Corriganville Park


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Caves in Corriganville Park

Sun and trees in Corriganville Park

Corriganville Park

  • Location: 7001 Smith Road, Simi Valley.  From the 118 Freeway, take the Kuehner exit and head south for a mile and turn left on Smith.  Drive 0.3 miles to the end of Smith and park in the dirt lot.
  • Agency: Rancho Simi Recreation and Parks District
  • Distance: 1.5 miles
  • Elevation gain: 100 feet
  • Suggested time: 45 minutes
  • Difficulty Rating: G
  • Best season:  Year round
  • USGS topo map: “Simi Valley East”
  • More information: here; Everytrail report here
  • Rating: 4

Corriganville Park is not only a nice, convenient place to escape the heat of the San Fernando Valley, but it provides hikers with a glimpse at movie history.  The park’s oak-lined canyons and unusual rock formations have made it a favorite filming location.  It’s named after Ray “Crash” Corrigan, a cowboy actor who used to own the land.

There are several trails that tour the park, so there are any number of possible routes. The loop hike here is a nice easy one that visits some of the park’s more interesting scenery. Start at the far end of the lot on the Interpretive Trail, which leads through a pleasant grove of oaks. In a quarter mile, you come to a split. All of the trails end up re-joining each other, so it doesn’t really matter which one you take, but this route follows the middle fork. You reach some campground buildings and head left on a fire road which passes through another wooded area, soon arriving a T-junction. This is the park’s main trail, the Corrigan Loop.

Head right (left takes you back to the parking lot) and make your way around a large jumble of rocks. On your right, high above, you may see and hear the cars on the 118 freeway. The trail rises and soon comes to another split. As before, ultimately all trails lead to the same place, but to follow this route, head right (straight), downhill. At the next split, head left while the loop trail continues, soon ending up in a residential area.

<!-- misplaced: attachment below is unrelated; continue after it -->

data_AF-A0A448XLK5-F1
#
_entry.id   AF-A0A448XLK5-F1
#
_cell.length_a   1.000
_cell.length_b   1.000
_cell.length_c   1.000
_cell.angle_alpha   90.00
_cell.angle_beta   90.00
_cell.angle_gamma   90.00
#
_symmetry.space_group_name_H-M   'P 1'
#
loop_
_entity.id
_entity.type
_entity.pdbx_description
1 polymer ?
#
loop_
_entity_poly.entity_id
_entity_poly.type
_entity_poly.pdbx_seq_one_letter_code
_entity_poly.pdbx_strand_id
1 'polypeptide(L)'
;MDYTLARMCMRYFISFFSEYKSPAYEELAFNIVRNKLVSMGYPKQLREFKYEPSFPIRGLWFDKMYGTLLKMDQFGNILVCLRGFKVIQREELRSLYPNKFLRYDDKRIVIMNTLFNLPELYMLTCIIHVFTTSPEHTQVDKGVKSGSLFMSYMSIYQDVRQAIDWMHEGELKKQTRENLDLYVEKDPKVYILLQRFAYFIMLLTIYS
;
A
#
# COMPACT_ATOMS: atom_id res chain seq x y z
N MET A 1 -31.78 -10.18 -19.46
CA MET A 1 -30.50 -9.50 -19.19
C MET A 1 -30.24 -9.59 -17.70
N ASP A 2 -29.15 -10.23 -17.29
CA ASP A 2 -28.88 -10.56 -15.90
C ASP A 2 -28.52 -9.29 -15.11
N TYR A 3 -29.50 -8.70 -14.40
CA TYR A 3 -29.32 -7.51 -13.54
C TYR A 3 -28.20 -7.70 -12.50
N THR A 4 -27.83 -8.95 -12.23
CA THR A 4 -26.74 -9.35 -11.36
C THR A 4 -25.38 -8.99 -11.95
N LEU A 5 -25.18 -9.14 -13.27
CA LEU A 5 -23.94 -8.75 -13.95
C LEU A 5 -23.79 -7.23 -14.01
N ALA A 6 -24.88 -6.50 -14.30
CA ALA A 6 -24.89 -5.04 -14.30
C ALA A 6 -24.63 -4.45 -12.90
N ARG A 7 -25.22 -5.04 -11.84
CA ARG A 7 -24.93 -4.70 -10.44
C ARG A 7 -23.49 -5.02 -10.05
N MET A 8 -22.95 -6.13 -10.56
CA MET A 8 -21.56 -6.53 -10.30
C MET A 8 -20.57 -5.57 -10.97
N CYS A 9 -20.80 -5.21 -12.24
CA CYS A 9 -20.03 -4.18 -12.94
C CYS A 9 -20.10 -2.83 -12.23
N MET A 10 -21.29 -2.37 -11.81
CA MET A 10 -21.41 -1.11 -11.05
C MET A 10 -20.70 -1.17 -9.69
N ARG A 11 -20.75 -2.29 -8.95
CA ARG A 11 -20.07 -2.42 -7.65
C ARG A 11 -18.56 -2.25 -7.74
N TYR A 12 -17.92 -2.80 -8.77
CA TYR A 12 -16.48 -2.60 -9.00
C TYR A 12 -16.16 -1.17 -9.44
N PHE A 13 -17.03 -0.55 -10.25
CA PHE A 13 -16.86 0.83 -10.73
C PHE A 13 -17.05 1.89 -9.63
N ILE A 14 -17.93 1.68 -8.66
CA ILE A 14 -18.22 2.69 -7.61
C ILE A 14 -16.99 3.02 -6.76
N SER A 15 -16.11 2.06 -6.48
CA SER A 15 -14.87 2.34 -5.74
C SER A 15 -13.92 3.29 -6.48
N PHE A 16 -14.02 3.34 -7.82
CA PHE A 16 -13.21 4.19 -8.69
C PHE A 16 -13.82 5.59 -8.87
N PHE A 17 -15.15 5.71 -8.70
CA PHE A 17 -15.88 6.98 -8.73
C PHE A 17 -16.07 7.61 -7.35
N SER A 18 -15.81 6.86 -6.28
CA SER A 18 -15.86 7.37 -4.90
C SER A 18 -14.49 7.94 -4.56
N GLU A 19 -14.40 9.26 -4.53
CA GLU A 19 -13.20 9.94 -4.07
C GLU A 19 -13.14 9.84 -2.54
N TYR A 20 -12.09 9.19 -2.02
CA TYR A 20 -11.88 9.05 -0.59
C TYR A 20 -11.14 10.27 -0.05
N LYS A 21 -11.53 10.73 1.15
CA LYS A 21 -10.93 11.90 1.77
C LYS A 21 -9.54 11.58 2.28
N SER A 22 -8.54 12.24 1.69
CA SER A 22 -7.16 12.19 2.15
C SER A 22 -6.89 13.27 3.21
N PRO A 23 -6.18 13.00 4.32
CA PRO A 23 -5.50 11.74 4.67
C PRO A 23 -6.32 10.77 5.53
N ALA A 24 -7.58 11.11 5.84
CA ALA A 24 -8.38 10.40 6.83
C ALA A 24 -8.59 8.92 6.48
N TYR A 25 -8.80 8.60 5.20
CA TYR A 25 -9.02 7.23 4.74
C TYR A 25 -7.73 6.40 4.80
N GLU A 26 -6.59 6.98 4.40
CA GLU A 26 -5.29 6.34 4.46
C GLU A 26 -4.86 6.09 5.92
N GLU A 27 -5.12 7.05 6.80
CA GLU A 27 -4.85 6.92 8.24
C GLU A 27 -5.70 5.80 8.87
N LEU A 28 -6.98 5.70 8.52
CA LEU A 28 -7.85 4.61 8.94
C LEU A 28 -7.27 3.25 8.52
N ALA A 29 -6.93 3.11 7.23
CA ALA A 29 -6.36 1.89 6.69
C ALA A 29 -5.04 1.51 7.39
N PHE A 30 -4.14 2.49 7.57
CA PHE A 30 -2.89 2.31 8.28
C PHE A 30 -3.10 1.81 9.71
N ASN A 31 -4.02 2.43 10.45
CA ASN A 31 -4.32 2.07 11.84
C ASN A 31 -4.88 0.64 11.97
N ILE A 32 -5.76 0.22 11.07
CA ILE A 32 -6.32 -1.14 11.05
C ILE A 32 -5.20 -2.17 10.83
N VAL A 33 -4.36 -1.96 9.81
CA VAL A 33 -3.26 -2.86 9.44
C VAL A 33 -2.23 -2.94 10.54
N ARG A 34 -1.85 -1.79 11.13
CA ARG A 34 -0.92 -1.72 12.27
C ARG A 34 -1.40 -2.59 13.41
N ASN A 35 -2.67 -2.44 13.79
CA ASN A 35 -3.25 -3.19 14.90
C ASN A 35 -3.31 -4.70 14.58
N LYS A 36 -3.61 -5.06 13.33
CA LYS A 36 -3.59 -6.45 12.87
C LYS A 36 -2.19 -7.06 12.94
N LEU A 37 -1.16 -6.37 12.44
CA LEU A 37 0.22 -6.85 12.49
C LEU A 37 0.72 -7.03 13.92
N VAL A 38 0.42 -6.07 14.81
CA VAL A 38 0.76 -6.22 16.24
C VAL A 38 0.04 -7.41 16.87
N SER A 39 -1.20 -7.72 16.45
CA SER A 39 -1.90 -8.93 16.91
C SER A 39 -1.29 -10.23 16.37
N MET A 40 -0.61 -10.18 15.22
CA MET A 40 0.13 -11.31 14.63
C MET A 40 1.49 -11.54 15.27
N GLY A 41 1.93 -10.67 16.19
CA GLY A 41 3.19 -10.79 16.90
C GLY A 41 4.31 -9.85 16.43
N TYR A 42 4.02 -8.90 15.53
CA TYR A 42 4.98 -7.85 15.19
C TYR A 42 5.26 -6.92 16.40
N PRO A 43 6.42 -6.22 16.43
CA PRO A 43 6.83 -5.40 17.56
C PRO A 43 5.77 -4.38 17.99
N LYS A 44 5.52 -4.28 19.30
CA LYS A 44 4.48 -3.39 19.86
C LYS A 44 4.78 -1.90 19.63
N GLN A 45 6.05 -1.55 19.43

A short climb brings you to another fire road, where you can take a detour by heading straight to a clearing where you get a nice view of the Santa Susanna Pass. Returning to the fire road, head downhill. On the left, some sandstone caves slightly off the trail are worth checking out.

At the next split, head right (the left trail is the loop, which will take you back to where you already were). You pass by the remains of Silvertown, one of the movie sets, and then you take a left to return to the parking lot.

Text and photography copyright 2011 by David W. Lockeretz, all rights reserved. Information and opinions provided are kept current to the best of the author’s ability. All readers hike at their own risk, and should be aware of the possible dangers of hiking, walking and other outdoor activities. By reading this, you agree not to hold the author or publisher of the content on this web site responsible for any injuries or inconveniences that may result from hiking on this trail. Check the informational links provided for up to date trail condition information.

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